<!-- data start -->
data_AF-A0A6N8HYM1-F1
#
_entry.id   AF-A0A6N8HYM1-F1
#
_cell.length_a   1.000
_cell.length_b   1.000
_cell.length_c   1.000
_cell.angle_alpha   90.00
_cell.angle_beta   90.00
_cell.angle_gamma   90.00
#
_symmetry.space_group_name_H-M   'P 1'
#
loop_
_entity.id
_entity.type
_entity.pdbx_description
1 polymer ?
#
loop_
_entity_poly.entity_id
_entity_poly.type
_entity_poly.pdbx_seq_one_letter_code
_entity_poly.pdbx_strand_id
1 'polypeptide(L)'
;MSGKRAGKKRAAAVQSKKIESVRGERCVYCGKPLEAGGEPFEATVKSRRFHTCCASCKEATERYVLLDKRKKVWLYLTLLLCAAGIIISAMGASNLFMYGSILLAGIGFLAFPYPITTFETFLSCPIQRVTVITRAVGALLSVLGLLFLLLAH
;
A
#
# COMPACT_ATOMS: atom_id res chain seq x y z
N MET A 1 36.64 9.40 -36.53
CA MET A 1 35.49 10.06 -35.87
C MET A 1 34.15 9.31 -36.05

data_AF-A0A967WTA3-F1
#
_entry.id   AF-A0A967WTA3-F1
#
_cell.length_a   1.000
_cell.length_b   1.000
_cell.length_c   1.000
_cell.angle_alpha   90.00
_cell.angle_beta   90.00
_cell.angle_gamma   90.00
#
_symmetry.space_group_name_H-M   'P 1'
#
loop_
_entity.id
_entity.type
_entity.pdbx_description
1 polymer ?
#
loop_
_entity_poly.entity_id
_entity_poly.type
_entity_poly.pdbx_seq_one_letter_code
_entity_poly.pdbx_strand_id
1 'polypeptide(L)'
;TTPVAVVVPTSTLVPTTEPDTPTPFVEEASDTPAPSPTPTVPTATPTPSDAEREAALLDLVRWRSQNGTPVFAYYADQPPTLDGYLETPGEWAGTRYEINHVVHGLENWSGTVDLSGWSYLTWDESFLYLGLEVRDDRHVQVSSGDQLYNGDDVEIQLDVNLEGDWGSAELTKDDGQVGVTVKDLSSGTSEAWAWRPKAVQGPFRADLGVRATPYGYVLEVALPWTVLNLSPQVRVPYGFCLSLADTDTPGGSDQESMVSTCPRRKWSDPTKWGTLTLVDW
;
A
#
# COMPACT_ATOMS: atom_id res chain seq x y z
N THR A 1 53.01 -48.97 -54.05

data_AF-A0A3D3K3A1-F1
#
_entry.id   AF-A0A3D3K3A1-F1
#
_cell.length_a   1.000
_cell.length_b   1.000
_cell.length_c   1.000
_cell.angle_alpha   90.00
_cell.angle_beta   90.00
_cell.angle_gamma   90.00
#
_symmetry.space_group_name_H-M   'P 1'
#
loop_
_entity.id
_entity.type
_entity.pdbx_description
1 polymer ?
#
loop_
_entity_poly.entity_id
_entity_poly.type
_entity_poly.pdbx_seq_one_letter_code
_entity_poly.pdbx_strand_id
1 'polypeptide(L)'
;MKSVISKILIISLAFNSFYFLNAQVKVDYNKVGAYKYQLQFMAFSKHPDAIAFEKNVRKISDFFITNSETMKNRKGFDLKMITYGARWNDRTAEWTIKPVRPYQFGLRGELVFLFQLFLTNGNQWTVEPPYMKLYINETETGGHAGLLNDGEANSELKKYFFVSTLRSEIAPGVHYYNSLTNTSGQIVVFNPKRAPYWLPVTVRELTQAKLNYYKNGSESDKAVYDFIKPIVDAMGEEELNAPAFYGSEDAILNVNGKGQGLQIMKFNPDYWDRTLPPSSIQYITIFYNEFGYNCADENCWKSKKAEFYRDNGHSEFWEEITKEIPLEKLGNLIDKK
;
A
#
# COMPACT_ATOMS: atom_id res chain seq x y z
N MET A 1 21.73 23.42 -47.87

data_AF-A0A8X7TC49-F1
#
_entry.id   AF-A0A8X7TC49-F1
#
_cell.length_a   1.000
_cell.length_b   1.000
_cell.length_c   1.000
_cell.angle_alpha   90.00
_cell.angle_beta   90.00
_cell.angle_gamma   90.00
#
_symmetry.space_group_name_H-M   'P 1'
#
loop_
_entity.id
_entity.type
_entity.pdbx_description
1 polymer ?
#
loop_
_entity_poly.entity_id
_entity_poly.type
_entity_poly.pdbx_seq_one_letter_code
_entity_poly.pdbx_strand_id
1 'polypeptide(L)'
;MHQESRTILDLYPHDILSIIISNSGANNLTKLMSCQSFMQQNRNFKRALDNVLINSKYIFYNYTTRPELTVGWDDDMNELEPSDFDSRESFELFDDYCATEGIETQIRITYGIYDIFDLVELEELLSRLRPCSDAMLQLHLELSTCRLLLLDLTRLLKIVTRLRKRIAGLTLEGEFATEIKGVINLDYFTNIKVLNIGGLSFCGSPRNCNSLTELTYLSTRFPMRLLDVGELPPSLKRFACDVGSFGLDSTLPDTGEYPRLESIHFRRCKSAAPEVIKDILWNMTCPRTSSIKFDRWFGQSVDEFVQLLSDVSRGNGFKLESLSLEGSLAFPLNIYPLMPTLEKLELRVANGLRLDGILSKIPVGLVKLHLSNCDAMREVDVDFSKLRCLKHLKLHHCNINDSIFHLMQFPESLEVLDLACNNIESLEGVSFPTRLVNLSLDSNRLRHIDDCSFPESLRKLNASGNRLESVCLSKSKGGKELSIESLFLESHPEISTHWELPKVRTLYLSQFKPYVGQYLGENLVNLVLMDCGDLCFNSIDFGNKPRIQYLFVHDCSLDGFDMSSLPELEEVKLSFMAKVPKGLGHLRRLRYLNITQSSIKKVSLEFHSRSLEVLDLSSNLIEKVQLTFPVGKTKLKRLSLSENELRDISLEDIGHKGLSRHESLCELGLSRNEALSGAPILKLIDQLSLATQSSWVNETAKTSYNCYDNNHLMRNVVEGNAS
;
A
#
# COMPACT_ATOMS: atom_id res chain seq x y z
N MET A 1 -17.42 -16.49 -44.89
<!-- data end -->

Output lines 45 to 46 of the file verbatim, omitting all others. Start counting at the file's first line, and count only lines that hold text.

_symmetry.space_group_name_H-M   'P 1'
#